With five No.1 singles under his belt and producer credits on two of the biggest country albums in 2021—Thomas Rhett’s Country Again: Side A and Morgan Wallen’s Dangerous: The Double Album—Matt Dragstrem’s breakthrough success was sealed on an upward trajectory when he signed to Big Machine Music.
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“My story is similar to a lot of Nashville songwriters,” Dragstrem tells American Songwriter. “Fall of 2005 at the Bluebird Cafe, I saw country music Hall of Famer Jeffery Steele playing his latest Rascal Flatts No. 1 [song]. It was an inspiring show and definitely sparked my interest of pursuing songwriting as a career path.”
A self-proclaimed “late bloomer,” Dragstrem did not start co-writing songs until his sophomore year at Belmont—starting with TV and film. It wasn’t until he graduated that the songwriter began to pursue his country/pop music career.
The Illinois native landed his first No.1 in 2014 with Florida Georgia Line’s “Sippin’ On Fire.” Justin Moore brought “You Look Like I Need A Drink” to the top of the charts in 2016, followed by Blake Shelton’s “I’ll Name The Dogs” in 2017. Dragstrem saw a double-header in 2020, beginning with Luke Bryan’s “One Margarita,” and then another Thomas Rhett cut, “Be A Light.”
“Be A Light”—featuring Reba McEntire, Hillary Scott, Chris Tomlin, and Keith Urban — is one he and TR wrote on his tour bus with Josh Thompson and Josh Miller.
“We wrote it about the world of social media climate at the time and how it’s worth it to be a ray of light among the noise of comments and criticism,” says Dragstrem. “We could never imagine the song would be so impactful. It was a timely song and I’m grateful to have been part of it. TR was the pioneer of having all these amazing artists on it. It turned out better than I ever could have imagined.”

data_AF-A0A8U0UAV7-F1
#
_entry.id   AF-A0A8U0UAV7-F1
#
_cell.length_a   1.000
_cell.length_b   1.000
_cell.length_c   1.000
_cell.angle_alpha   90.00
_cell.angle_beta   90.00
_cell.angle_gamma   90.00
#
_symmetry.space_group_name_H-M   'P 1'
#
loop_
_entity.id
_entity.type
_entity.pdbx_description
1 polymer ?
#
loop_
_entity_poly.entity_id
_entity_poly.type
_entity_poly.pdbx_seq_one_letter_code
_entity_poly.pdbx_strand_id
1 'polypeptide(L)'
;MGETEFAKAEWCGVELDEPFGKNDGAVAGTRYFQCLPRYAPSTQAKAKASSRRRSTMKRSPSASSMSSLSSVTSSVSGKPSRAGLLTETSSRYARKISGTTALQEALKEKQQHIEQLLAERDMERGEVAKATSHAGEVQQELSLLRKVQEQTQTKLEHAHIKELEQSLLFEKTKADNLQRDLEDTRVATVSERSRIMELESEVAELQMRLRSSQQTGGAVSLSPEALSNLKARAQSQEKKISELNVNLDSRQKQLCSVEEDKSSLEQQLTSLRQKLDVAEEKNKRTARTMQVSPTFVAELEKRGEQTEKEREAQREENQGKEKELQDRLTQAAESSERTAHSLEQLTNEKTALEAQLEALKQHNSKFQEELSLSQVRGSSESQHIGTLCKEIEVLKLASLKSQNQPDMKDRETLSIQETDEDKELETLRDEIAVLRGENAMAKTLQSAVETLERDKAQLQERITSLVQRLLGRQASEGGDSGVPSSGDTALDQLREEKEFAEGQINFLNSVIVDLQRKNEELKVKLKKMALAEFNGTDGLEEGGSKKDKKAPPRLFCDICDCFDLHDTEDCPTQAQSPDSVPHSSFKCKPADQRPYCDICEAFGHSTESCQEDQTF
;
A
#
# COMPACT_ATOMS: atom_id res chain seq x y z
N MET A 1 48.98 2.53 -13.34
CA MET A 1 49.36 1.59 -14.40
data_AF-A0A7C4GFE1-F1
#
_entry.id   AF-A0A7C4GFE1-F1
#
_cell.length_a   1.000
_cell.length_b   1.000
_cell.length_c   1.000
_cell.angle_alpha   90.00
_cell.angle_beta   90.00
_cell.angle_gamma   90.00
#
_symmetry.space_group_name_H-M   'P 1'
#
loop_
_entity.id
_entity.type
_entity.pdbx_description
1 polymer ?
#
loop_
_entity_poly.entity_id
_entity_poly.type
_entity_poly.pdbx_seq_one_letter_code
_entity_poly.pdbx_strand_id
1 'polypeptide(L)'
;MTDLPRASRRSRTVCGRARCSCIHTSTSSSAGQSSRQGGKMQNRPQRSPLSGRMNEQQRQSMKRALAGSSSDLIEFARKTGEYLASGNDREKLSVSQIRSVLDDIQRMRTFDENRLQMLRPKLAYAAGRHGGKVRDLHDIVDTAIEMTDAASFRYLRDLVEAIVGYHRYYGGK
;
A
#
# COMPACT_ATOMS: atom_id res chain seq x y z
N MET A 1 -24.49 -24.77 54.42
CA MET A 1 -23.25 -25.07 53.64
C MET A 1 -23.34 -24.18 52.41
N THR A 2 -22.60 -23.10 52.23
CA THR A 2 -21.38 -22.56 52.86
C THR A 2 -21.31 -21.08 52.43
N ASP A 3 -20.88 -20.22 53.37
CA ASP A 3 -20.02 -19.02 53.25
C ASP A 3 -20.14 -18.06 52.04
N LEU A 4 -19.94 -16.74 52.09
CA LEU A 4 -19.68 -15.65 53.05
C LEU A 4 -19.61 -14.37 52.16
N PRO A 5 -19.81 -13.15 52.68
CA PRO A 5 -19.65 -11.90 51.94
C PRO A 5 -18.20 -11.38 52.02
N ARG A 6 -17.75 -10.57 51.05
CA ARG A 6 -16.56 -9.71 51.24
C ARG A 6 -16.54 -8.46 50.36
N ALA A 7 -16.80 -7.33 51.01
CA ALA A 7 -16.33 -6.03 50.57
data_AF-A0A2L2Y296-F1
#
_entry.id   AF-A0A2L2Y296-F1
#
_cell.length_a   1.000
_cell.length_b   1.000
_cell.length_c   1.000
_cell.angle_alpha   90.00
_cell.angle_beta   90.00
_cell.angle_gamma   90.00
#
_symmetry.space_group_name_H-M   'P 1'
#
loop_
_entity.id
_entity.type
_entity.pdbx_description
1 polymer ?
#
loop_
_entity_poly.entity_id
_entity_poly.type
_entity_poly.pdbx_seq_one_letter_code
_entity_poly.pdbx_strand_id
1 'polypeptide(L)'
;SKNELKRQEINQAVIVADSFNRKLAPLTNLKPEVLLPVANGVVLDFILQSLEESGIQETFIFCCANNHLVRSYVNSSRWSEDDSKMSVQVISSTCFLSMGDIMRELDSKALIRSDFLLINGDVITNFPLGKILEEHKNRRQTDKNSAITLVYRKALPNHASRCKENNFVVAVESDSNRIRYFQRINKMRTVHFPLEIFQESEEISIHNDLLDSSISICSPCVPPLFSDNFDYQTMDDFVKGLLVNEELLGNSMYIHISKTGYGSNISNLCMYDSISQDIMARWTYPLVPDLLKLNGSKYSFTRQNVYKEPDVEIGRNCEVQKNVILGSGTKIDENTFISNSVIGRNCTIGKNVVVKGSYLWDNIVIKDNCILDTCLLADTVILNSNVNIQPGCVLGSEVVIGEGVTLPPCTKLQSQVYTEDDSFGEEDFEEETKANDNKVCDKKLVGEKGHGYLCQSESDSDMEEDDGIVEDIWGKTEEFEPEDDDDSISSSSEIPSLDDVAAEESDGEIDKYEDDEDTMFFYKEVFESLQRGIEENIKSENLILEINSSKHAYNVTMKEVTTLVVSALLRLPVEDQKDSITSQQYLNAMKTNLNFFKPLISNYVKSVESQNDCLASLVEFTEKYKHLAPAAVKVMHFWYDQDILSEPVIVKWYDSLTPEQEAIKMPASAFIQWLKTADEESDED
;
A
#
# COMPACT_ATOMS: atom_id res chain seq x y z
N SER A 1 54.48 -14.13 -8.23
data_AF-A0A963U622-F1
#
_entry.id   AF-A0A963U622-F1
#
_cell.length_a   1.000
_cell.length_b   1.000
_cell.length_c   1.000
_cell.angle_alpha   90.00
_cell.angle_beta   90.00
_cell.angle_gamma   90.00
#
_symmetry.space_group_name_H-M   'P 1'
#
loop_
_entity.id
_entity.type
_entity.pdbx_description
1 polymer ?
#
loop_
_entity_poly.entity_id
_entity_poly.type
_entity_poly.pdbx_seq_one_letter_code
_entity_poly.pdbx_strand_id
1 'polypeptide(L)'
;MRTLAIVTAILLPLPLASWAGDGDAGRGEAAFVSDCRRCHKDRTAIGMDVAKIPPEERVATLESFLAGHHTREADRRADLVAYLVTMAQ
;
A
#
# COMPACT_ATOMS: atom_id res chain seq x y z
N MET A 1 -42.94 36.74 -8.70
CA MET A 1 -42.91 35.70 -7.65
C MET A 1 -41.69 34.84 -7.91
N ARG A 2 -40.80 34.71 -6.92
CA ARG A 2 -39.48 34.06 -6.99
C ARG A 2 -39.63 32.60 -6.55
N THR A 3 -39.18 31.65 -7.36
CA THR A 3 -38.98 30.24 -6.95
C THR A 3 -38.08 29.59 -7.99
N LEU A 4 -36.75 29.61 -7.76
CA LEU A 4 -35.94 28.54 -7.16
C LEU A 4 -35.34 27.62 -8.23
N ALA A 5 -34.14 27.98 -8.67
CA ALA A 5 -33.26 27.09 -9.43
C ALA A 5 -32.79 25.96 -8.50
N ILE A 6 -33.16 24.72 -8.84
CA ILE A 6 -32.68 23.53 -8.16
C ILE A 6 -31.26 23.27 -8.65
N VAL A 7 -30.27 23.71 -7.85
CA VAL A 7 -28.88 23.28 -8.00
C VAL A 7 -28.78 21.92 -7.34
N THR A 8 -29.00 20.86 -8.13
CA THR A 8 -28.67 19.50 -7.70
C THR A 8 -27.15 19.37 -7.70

In an ever-evolving pop/country landscape, Dragstrem says he never knows exactly what will resonate as a “hit.” Instead, he focuses on authenticity—delivering his truth in the hopes that others might find theirs within it. “For me,” he says, “if you are true to who you are and create what you feel is special there’s a good chance a lot of other people will feel the same too.”
While co-writing, Dragstrem learned how to fill in the gaps in the writers’ room. He has played the guitar most of his life, so he finds himself often functioning on the music side of the songwriting craft. But, through years of experience and success, Dragstrem enjoys each aspect of the creative process.
“I’m a bit of a jack of all trades, master of none,” he says. Depending on the collaboration, he says, “I try to insert myself in a way that might not be my co-writer’s individual strengths.”
The vetted songsmith warns against being “too precious.” He says, “The more I’m not needing a song to work out the more things work out.” This reverse psychology leads him to approach the process with an open mind, allowing inspiration to flow freely. He doesn’t “beat [himself] up” or “get too attached.”
Dragstrem’s songs have been recorded and released by A-List artists such as Tim McGraw, Maren Morris, Jon Pardi, Dan + Shay, Dierks Bentley, Lady A, Cole Swindell, and Brothers Osborne, along with G-Eazy and Charlie Puth—with whom he achieved a Top 40 hit. This track record speaks to Dragstrem’s trans-genre talent, making him a not-so-secret weapon in the evolving soundscape of Nashville.
“I’m thrilled to be part of the Big Machine crew,” Dragstrem says. “I’ve known Alex Heddle and Mike Molinar for many years. As far as goals go, I would love to explore the LA scene more and have more of a presence out there. I’m a little superstitious sharing my goals but let’s just say I have high hopes with this team and I’m very confident we can make it happen.”